Background Putative nucleotidyltransferase MAB21L1 is a member of an evolutionarily well-conserved family of the male abnormal 21 (MAB21)-like proteins. Little is known about the biochemical function of the protein; however, prior studies have shown essential roles for several aspects of embryonic development including the eye, midbrain, neural tube and reproductive organs.
Objective A homozygous truncating variant in MAB21L1 has recently been described in a male affected by intellectual disability, scrotal agenesis, ophthalmological anomalies, cerebellar hypoplasia and facial dysmorphism. We employed a combination of exome sequencing and homozygosity mapping to identify the underlying genetic cause in subjects with similar phenotypic features descending from five unrelated consanguineous families.
Results We identified four homozygous MAB21L1 loss of function variants (p.Glu281fs*20, p.Arg287Glufs*14 p.Tyr280* and p.Ser93Serfs*48) and one missense variant (p.Gln233Pro) in 10 affected individuals from 5 consanguineous families with a distinctive autosomal recessive neurodevelopmental syndrome. Cardinal features of this syndrome include a characteristic facial gestalt, corneal dystrophy, hairy nipples, underdeveloped labioscrotal folds and scrotum/scrotal agenesis as well as cerebellar hypoplasia with ataxia and variable microcephaly.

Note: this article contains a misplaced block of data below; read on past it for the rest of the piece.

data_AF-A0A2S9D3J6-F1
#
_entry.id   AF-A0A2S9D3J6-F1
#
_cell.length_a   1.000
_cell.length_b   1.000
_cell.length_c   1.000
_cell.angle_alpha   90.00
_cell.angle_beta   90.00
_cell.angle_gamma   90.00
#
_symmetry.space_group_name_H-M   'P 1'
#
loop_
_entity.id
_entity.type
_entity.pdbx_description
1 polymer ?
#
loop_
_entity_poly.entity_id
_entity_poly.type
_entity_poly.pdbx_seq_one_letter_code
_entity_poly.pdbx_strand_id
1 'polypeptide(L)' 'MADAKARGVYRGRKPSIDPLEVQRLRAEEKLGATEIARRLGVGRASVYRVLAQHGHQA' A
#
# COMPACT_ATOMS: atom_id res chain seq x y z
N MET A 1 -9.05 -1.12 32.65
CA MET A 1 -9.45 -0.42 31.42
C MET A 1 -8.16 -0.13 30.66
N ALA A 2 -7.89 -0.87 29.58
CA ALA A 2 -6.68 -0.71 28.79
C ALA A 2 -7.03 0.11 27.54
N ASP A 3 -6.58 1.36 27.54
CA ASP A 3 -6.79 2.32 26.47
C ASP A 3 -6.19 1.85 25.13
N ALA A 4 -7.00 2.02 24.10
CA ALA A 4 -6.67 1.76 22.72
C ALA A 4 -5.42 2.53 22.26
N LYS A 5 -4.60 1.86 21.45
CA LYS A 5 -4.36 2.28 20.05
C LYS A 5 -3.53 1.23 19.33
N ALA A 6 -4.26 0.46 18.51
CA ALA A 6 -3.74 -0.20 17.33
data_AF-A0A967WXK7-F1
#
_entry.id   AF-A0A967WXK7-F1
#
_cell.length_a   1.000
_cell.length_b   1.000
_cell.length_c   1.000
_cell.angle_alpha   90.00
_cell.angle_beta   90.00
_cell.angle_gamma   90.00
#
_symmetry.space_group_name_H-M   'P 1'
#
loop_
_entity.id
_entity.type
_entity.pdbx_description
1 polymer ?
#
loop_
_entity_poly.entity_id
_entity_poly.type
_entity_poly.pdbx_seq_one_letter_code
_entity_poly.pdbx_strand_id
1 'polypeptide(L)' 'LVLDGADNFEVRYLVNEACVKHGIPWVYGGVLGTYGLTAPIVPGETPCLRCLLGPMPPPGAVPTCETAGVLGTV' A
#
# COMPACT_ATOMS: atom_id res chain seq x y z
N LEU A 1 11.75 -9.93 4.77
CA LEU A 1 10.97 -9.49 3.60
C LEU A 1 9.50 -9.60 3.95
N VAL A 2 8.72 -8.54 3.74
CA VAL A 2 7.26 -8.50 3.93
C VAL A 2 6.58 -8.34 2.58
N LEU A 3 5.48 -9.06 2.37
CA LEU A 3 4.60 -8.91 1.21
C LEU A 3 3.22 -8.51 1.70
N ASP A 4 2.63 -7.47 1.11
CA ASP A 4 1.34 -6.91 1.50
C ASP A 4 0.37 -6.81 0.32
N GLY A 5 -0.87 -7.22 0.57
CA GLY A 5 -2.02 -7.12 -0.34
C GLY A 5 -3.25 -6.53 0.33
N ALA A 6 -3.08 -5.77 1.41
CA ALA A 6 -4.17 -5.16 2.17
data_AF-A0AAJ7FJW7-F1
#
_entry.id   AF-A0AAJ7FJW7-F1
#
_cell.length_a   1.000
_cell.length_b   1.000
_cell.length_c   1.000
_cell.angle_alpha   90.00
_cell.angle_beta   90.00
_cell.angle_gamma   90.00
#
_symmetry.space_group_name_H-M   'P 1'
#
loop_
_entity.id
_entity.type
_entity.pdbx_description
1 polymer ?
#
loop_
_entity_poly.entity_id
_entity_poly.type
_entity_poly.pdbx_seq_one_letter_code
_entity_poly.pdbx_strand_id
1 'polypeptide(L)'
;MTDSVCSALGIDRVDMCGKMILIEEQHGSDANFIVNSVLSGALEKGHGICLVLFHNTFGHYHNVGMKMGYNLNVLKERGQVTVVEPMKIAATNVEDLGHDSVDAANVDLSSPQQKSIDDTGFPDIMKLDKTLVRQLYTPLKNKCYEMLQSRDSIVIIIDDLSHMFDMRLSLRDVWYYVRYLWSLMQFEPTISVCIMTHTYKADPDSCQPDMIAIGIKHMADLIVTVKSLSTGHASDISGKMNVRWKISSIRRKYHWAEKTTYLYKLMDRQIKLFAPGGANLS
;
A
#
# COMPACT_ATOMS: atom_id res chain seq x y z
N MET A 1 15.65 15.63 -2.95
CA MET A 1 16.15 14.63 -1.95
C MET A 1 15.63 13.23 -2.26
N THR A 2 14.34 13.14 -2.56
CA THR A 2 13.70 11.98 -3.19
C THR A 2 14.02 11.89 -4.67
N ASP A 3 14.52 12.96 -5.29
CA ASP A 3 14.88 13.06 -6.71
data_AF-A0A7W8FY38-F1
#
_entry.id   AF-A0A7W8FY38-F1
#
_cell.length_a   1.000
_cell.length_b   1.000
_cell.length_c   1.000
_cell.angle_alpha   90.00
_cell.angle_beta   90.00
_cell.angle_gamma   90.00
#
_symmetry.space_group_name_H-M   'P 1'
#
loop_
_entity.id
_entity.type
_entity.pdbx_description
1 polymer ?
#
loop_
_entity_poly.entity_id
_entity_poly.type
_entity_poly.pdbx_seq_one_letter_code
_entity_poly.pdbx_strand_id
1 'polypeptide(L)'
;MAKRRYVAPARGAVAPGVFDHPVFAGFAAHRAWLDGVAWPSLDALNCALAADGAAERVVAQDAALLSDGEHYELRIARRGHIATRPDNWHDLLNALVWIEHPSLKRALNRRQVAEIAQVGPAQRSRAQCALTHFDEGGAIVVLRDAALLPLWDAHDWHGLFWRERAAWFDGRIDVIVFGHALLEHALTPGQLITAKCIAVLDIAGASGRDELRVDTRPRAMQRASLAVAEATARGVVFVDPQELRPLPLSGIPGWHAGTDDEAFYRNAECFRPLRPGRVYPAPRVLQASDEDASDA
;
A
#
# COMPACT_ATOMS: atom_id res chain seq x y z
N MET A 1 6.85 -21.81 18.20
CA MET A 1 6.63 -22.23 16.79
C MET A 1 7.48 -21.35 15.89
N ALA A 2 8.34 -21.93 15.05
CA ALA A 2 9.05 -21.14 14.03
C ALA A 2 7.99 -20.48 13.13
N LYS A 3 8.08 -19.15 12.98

Conclusion This report defines an ultrarare but clinically recognisable Cerebello-Oculo-Facio-Genital syndrome associated with recessive MAB21L1 variants. Additionally, our findings further support the critical role of MAB21L1 in cerebellum, lens, genitalia and as craniofacial morphogenesis.
- corneal dystrophy
- scrotal/labial aplasia
- pontocerebellar hypoplasia
- Cerebello-Oculo-Facio-genital (COFG) syndrome
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NH, MG, HK and MS contributed equally.
AR, UA, RM and RM contributed equally.
Contributors All authors fulfil the criteria for authorship. AR, RM, RM, UA, KNJ, VS, AOC, MN, KW, ZB, RMB, PB and PM analysed and interpreted NGS data, performed segregation analysis and analysed the phenotype. AR, RM, RM, UA, AOC, GY, AS, GES and KS were involved in patient recruitment and clinical management. AR, RM and MS drafted the manuscript and all authors contributed to the manuscript. MS and HK conceived the study and MS, HK, MG, NH and JGG supervised the study. All authors read and approved the final manuscript.
Funding This work was supported by grants from the Simons Foundation for Autism Research #: 514863 National Institutes of Health R01NS048453 (to JGG), U54HG003067 to the Broad Institute and U54HG006504 to the Yale Center for Mendelian Disorders. JGG received support from Rady Children’s Institute for Genomic Medicine. MS acknowledges funding from Radboudumc and RIMLS Nijmegen (Hypatia tenure track fellowship), the ‘Deutsche Forschungsgemeinschaft’ (DFG, CRC1140 (KIDGEM)) and the European Research Council (ERC StG TREATCilia, grant No. 716344). HK acknowledges funding from ERAnet consortium, CRANIRARE2 (TUBİTAK SBAG-112S398), Yale Center for Mendelian Disorders (U54HG006504 to MG) and the Gregory M. Kiez and Mehmet Kutman Foundation (MG).
Competing interests None declared.
Patient consent Obtained.
Ethics approval This study was approved by the Istanbul Koc University with the approval of the Institutional Ethics Review Board (approval number KUSoM; 2015.120.IRB2.047 CRANIRARE-2,HIC # 94060007680).
Provenance and peer review Not commissioned; externally peer reviewed.
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